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Source: United States House of Representatives – Congressman Austin Scott (GA-08)

WASHINGTON, D.C. – Today, Rep. Austin Scott (R-GA-08) lead a bipartisan letter to U.S. Trade Representative (USTR) Robert Lighthizer requesting a Section 332 investigation request to the International Trade Commission for cucumbers and squash to make a meaningful determination as to the impact of these seasonal imports on Southeastern markets. Joining Rep. Scott on the letter were Reps. Sanford Bishop (D-GA-02), Rick Allen (R-GA-12), and Buddy Carter (R-GA-01).

“Georgia growers testified at the Office of the U.S. Trade Representative’s (USTR) hearings in August regarding seasonal perishable fruit and vegetable imports. These fruit and vegetable imports from Mexico continue to dramatically impact U.S. markets and threaten the future of domestic farm production of perishable produce. As the fall season in Georgia is now in full swing, it appears that the problem is only getting worse,” wrote the Members. “A Section 332 investigation request to the International Trade Commission for cucumbers and squash is needed in order to make a meaningful determination as to the impact of these seasonal imports on Southeastern markets. These market changes occur quickly and can make or break a grower’s season in a matter of days if import increases and the resulting price decreases coincide with harvest.”

On November 18, Senators David Perdue (R-GA) and Kelly Loeffler (R-GA) sent a similar letter to Ambassador Lighthizer requesting this investigation for cucumber and squash imports. You can click here to read their letter.

The full letter can be found by clicking here or below.

November 20, 2020

 

The Honorable Robert Lighthizer

United States Trade Representative

600 17th St NW,

Washington, D.C. 20006

Dear Ambassador Lighthizer:

 

Georgia growers testified at the Office of the U.S. Trade Representative’s (USTR) hearings in August regarding seasonal perishable fruit and vegetable imports. These fruit and vegetable imports from Mexico continue to dramatically impact U.S. markets and threaten the future of domestic farm production of perishable produce. As the fall season in Georgia is now in full swing, it appears that the problem is only getting worse. Just as growers are beginning to harvest, many are finding that still increasing imports from Mexico are driving prices below the cost of production.

We were pleased to see that USTR has requested a Section 332 for strawberries and bell peppers. However, we believe the inclusion of other commodities, such as cucumbers and squash, in the Section 332 request, would provide some assistance to growers as they continue to struggle with seasonal imports for the upcoming harvest season.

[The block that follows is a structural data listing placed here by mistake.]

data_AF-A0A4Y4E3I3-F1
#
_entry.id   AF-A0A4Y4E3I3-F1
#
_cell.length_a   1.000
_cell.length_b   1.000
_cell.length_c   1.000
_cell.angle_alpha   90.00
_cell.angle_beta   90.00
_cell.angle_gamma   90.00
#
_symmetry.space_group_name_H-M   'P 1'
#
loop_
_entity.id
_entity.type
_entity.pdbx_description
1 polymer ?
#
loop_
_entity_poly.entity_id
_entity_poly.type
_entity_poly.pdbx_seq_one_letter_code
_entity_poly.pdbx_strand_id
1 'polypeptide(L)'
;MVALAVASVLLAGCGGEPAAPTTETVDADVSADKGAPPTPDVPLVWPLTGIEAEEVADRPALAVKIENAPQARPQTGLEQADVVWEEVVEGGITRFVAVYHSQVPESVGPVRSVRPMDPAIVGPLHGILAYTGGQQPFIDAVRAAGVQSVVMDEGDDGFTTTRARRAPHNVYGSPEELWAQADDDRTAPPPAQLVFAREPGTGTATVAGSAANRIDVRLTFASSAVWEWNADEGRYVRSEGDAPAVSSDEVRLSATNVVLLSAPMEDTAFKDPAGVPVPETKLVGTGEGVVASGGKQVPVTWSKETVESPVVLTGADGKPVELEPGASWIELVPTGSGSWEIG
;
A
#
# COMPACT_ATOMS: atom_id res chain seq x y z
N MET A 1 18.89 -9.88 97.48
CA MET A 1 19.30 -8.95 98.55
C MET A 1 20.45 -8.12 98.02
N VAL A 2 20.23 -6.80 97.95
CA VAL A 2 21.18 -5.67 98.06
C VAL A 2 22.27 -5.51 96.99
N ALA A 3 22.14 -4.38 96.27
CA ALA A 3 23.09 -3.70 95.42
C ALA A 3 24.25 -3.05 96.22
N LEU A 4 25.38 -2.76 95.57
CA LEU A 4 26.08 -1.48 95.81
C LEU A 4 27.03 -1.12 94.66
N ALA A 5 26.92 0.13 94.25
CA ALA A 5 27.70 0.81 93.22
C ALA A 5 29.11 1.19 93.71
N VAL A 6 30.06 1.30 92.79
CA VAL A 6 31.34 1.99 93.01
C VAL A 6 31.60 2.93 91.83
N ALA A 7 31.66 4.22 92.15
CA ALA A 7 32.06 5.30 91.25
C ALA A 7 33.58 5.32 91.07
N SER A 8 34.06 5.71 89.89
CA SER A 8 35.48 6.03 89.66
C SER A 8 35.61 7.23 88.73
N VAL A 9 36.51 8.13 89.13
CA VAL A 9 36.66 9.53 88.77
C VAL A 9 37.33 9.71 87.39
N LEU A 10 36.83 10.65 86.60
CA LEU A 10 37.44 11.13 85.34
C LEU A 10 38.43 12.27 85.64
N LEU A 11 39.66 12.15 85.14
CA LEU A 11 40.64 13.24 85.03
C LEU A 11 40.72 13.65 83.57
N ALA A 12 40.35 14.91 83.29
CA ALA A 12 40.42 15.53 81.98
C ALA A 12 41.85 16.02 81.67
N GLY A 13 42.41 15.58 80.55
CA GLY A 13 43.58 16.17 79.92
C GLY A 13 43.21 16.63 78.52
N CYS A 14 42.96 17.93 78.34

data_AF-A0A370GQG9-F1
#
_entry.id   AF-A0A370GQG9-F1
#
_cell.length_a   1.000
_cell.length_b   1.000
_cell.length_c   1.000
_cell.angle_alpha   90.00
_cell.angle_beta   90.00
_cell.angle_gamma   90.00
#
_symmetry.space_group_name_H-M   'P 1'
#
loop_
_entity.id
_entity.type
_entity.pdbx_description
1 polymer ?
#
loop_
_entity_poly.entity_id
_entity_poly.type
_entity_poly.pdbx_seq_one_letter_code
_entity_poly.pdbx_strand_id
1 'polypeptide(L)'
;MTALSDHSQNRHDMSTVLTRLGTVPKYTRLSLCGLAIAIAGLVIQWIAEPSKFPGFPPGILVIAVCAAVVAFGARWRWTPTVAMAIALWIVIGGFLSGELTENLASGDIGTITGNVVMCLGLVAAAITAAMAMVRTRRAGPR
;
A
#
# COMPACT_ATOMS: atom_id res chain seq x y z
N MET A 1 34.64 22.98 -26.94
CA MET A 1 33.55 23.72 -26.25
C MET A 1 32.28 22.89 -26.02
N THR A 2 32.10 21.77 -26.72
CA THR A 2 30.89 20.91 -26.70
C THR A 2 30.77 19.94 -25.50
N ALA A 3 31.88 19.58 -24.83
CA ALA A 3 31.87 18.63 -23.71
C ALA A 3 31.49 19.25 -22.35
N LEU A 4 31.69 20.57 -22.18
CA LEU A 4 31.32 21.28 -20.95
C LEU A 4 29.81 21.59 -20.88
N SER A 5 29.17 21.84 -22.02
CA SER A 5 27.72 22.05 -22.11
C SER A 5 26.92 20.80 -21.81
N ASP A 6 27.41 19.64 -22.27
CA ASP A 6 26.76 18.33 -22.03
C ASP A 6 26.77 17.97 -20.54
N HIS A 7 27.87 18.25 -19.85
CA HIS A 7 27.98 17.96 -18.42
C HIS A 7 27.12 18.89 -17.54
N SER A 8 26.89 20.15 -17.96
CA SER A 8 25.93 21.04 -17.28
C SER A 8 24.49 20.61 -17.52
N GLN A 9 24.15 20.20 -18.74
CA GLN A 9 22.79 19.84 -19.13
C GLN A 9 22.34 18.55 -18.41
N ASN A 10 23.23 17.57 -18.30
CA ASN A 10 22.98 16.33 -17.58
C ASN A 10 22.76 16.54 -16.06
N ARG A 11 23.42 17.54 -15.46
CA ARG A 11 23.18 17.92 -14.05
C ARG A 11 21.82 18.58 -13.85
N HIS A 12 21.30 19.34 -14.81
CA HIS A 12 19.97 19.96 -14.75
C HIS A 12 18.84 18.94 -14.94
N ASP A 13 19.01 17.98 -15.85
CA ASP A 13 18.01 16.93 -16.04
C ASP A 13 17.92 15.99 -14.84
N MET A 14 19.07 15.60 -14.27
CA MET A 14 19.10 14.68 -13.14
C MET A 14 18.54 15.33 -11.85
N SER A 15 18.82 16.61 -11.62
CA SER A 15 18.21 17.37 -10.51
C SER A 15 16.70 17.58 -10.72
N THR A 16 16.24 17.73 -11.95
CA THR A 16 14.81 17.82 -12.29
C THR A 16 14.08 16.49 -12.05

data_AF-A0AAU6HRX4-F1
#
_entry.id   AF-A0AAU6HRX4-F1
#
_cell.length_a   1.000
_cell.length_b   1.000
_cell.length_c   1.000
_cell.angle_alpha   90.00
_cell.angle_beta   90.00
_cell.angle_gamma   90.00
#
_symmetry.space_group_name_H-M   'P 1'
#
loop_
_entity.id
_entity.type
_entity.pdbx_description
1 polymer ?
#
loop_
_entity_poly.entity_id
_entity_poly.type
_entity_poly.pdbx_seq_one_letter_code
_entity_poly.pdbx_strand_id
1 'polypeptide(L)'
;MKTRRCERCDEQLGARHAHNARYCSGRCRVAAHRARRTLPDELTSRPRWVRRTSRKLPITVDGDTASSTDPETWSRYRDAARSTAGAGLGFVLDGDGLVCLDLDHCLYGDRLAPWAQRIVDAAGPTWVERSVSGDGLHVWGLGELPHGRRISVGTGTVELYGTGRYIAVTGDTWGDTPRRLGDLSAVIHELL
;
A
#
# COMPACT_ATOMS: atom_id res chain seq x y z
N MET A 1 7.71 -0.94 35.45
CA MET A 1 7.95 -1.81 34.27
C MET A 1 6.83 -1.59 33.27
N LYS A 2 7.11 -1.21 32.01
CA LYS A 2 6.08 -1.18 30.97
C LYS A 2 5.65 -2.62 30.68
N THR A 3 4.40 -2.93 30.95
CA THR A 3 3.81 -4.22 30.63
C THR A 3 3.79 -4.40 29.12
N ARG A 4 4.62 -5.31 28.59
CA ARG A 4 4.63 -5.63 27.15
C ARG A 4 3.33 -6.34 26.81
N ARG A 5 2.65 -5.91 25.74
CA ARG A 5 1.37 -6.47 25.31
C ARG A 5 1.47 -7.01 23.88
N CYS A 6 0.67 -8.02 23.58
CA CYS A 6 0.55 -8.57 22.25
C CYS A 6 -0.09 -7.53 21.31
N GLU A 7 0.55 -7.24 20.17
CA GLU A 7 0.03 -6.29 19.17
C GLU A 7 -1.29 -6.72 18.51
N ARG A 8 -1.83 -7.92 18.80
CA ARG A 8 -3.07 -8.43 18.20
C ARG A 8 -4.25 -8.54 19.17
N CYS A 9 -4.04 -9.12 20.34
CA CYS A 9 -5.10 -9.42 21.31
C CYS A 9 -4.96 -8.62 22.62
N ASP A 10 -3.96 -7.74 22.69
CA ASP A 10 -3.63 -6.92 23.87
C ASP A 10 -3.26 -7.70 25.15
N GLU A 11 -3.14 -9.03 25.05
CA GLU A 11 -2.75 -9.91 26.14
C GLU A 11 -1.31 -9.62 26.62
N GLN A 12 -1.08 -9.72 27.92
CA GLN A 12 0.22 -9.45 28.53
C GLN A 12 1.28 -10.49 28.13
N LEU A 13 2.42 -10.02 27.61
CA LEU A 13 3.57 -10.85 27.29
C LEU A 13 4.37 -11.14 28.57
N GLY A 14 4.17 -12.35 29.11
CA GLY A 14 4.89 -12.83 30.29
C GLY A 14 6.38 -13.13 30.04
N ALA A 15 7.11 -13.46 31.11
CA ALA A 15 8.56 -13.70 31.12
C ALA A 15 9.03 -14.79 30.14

In the last twelve months, we have seen further growth in imports across several vegetable products. For example, cucumbers’ import value is at $894 million which is a 10% increase from September 2019 and August of 2020. Squash’s import value at $473 million is a 27% increase during that same time period. Year to date load totals from Mexico for cucumbers, in 2020, have more than doubled from the same period in 2019. Likewise, bell pepper truck loads from Mexico have also more than doubled. Squash appears to be the next crop to follow suit with over 100 additional more loads having arrived at U.S. markets so far this year just as southeastern growers have begun their squash harvests.

Price has followed supply and growers are now reporting tumbling prices across the board for vegetables. Prices are now well below U.S. production costs for several of these commodities and appear to correlate directly with increasing fall shipments from Mexico. Unfortunately, data and pricing available for national markets appears to be in direct conflict to the actual prices growers are receiving.

A Section 332 investigation request to the International Trade Commission for cucumbers and squash is needed in order to make a meaningful determination as to the impact of these seasonal imports on Southeastern markets. These market changes occur quickly and can make or break a grower’s season in a matter of days if import increases and the resulting price decreases coincide with harvest.

We appreciate your efforts on behalf of our fruit and vegetable growers.

Sincerely,

Austin Scott

Member of Congress

 

Sanford D. Bishop, Jr.

Member of Congress

 

Rick W. Allen

Member of Congress

 

Earl L. “Buddy” Carter

Member of Congress

  

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